Testing the Strength of Hospital Accreditation as a Signal of the Quality of Care in Romania: Do Patients’ and Health Professionals’ Perceptions Align?




Druică, Elena
Wu, Bingyi
Cepoi, Vasile
Mihăilă, Viorel
Burcea, Marin

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Hospital accreditation, as a quality signal, is gaining its popularity among low- and middle-income countries, such as Romania, despite its costly nature. Nevertheless, its effectiveness as a quality signal in driving patients' choice of hospital services remains unclear. In this study, we intend to empirically explore the perceptions of both healthcare professionals and patients toward Romanian hospital accreditation and identify perception gaps between the two parties. Exploratory and confirmatory factor analyses were carried out to extract the latent constructs of health professionals' perceived effects of hospital accreditation. The Wilcoxon rank-sum test and Kruskal–Wallis test were used to identify correlations between patients' sociodemographic characteristics and their behavioral intentions when confronted with low-quality services. We found that health professionals believe that hospital accreditation plays a positive role in improving patient satisfaction, institutional reputation, and healthcare services quality. However, we found a lack of awareness of hospital accreditation status among patients, indicating the existence of the perception gap of the accreditation effectiveness as a market signal. Our results suggest that the effect of interpersonal trust in current service providers may distract patients from the accreditation status. Our study provides important practical implications for Romanian hospitals on enhancing the quality of accreditation signal and suggests practical interventions.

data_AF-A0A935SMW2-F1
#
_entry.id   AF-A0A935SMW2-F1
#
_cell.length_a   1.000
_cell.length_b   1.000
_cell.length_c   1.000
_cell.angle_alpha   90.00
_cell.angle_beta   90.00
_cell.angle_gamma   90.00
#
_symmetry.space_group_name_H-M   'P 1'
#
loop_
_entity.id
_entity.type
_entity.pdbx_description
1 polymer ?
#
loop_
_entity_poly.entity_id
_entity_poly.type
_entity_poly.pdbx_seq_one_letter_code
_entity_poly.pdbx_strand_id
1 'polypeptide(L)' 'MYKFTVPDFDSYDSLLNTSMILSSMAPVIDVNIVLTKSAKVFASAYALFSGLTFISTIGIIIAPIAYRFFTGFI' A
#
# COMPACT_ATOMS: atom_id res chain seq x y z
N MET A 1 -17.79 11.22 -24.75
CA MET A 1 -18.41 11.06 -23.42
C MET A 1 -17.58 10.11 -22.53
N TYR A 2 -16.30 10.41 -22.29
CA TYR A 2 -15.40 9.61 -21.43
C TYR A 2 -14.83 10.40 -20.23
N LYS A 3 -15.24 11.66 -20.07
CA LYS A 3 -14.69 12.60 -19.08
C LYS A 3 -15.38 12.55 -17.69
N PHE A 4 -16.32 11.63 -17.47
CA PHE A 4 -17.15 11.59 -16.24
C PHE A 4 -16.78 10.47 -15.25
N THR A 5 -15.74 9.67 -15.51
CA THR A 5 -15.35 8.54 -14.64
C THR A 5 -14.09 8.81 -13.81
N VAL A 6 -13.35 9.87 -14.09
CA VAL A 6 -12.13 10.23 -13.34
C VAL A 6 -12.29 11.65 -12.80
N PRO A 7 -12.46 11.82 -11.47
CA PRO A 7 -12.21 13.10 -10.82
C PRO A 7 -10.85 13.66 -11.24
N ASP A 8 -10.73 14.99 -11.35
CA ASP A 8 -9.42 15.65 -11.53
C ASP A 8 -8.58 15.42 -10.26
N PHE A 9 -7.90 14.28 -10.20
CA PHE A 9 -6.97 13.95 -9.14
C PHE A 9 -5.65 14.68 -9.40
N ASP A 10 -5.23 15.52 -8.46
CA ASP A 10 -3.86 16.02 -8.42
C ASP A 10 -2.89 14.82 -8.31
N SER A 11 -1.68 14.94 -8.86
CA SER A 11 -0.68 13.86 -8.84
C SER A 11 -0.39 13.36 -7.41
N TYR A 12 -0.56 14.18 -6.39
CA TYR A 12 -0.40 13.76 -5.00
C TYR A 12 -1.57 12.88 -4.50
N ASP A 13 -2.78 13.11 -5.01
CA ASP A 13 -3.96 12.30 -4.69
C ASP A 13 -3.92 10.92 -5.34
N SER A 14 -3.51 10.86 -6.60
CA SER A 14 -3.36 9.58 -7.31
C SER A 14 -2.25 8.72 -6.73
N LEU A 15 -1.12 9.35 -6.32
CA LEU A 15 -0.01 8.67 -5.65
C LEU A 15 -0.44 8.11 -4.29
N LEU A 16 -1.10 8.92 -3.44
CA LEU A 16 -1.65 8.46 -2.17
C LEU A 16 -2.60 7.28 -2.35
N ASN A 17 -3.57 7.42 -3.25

hospital accreditation, patient freedom of choice law, quality of healthcare


Healthcare 8 (3): 349 (2020)


Information Systems and Cyber Security